LinkedIn in numbers
Today is an exciting day, one I’ve been looking forward to since June. It marks the close of the agreement for Microsoft to acquire LinkedIn and the beginning of our journey to bring together the world’s leading professional cloud and the world’s leading professional network.
Therefore, it’s hard to say in hard numbers how much this integration benefits Microsoft. In fact, having LinkedIn is more than just a way to generate new revenue streams, but also a new avenue to “hit refresh” on Microsoft‘s brand value. Also, many have argued that one of the reasons for the acquisition was to bring onboard LinkedIn‘s founder, Reid Hoffman:
— LinkedIn (@LinkedIn) June 13, 2016
Before Microsoft had bought LinkedIn, the professional network was listed. In fact, when the acquisition was announced the company’s stock jumped to $195.96 to align at the price of the offer from Microsoft. It was a premium of over 40% compared to the market capitalization of LinkedIn previous to the announcement; when the acquisition was official LinkedIn also delisted its stock to join Microsoft.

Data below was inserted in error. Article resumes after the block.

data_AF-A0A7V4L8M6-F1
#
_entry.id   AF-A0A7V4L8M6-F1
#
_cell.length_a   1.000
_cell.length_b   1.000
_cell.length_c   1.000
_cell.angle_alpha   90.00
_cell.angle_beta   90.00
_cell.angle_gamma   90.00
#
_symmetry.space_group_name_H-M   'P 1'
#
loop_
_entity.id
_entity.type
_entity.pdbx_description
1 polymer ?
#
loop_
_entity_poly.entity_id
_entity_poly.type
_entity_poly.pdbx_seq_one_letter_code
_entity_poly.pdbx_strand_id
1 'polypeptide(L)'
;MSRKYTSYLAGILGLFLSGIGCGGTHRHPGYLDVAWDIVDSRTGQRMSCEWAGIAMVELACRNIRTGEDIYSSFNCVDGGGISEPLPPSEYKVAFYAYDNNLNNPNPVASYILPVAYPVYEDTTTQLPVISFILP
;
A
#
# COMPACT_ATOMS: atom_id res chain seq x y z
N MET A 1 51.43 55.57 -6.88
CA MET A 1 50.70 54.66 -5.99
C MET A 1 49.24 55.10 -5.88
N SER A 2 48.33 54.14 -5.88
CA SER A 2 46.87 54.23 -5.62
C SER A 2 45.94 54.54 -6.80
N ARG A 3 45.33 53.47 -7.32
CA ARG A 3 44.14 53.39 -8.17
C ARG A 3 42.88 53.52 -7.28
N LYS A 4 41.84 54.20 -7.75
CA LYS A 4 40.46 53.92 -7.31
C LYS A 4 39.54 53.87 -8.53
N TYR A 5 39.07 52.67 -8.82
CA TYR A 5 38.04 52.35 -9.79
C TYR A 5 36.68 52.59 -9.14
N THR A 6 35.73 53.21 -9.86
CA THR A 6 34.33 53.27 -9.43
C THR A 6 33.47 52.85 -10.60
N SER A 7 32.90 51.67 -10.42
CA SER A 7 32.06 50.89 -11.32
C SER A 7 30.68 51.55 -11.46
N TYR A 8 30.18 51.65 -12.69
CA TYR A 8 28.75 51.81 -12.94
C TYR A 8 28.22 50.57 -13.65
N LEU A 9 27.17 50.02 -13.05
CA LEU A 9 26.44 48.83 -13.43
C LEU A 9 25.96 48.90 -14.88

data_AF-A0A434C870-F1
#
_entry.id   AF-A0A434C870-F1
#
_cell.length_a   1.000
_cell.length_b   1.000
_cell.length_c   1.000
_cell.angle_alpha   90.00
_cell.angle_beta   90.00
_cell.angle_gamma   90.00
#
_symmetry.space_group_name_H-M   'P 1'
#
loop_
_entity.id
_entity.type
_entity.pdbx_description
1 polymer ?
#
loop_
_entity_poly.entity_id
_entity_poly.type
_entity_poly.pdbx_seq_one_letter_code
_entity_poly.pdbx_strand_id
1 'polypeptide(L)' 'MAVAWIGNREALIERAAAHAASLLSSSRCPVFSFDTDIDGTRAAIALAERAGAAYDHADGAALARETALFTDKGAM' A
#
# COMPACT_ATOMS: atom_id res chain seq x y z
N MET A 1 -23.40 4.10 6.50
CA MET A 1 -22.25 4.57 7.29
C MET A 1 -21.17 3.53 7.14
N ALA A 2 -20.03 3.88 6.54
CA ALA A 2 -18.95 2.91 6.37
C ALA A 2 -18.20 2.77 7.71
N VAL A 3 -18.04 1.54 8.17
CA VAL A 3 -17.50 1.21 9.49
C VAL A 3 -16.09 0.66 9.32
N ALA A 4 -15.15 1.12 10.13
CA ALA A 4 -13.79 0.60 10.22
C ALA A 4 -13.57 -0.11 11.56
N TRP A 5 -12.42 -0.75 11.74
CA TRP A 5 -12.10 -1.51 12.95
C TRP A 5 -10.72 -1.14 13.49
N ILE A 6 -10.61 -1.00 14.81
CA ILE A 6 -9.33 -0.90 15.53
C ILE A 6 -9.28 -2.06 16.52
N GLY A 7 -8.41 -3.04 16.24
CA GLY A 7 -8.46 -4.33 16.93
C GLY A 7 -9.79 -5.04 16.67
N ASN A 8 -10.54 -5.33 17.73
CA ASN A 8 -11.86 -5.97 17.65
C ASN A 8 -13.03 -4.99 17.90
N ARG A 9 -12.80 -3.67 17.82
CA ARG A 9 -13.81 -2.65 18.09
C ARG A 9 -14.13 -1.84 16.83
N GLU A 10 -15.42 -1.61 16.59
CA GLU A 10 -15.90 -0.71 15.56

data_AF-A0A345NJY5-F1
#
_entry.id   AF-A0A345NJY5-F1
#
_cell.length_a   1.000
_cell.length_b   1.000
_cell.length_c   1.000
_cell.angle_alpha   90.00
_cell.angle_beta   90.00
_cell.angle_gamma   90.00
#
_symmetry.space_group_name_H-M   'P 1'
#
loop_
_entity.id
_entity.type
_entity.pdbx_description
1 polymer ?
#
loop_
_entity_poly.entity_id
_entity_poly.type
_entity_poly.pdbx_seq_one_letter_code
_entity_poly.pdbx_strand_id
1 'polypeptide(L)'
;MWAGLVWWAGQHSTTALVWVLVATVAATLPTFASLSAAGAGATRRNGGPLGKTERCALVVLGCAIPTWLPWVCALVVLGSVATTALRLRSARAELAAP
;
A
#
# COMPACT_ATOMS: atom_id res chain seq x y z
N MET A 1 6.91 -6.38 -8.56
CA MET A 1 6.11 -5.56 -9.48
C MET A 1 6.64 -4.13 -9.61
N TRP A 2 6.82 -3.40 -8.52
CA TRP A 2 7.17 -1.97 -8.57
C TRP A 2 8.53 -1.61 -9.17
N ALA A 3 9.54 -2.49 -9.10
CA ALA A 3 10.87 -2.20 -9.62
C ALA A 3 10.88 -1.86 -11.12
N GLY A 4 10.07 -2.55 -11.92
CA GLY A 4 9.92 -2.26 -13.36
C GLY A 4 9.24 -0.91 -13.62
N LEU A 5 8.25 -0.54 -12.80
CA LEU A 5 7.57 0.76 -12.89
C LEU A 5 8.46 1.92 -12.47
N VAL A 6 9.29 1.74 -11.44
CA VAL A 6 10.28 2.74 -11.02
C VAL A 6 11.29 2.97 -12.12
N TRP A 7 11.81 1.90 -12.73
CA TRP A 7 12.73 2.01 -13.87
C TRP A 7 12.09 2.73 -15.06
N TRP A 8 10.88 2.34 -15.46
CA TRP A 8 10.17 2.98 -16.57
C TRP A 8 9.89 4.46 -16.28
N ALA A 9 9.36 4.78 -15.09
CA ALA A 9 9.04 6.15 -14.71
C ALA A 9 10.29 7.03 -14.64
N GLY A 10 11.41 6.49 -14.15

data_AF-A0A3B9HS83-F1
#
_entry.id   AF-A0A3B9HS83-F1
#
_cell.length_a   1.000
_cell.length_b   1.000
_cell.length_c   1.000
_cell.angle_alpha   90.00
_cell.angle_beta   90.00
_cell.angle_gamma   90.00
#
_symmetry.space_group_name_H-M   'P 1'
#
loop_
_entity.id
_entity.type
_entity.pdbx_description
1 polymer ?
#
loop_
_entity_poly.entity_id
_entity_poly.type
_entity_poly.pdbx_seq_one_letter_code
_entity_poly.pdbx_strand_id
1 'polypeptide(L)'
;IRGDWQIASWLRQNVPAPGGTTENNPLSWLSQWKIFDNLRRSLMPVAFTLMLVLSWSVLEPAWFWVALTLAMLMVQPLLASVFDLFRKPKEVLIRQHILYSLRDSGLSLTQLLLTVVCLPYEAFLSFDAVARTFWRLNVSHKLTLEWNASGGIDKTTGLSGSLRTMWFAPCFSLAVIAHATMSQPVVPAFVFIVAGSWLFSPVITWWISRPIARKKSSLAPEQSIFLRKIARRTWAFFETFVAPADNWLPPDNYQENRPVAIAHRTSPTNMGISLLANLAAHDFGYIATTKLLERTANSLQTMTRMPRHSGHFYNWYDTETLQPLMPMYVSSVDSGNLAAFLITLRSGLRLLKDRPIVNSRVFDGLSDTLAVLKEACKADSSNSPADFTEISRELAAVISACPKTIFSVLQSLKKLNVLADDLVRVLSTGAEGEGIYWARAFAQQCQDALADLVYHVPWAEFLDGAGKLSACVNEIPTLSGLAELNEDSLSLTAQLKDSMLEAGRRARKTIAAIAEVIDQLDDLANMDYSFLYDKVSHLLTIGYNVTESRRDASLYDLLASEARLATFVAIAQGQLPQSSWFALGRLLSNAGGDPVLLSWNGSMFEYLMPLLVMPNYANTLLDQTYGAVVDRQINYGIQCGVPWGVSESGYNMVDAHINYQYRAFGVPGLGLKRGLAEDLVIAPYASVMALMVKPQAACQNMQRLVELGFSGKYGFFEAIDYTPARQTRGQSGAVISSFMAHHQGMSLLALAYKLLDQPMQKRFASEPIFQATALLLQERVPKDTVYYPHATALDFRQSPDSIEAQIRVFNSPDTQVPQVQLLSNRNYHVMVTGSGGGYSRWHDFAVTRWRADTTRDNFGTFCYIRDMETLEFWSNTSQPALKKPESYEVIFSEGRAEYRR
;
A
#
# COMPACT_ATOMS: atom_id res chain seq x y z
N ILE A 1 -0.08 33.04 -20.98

In short, today if you want to have financial information about LinkedIn you’ll have to dig into Microsoft‘s financials. In fact, by delving into Microsoft’s financials, there is no doubt that LinkedIn is one of the “products” that bring revenues as you can see from the table below:
In 2017 LinkedIn revenue was $2.3 billion, which primarily comprised revenues coming from LinkedIn Talent Solutions. In 2018, the revenue surpassed five billion, still primarily from the talent solutions offering.
Where does LinkedIn get its value? Undoublty from the platform it was able to build, which serves both hands of the professional industry: HR managers and Professionals.
LinkedIn is a Multi-Sided Platform
Based on the 10K for 2016:
As many multi-billion dollar companies, LinkedIn has several revenues streams which comprised four main areas back in 2015: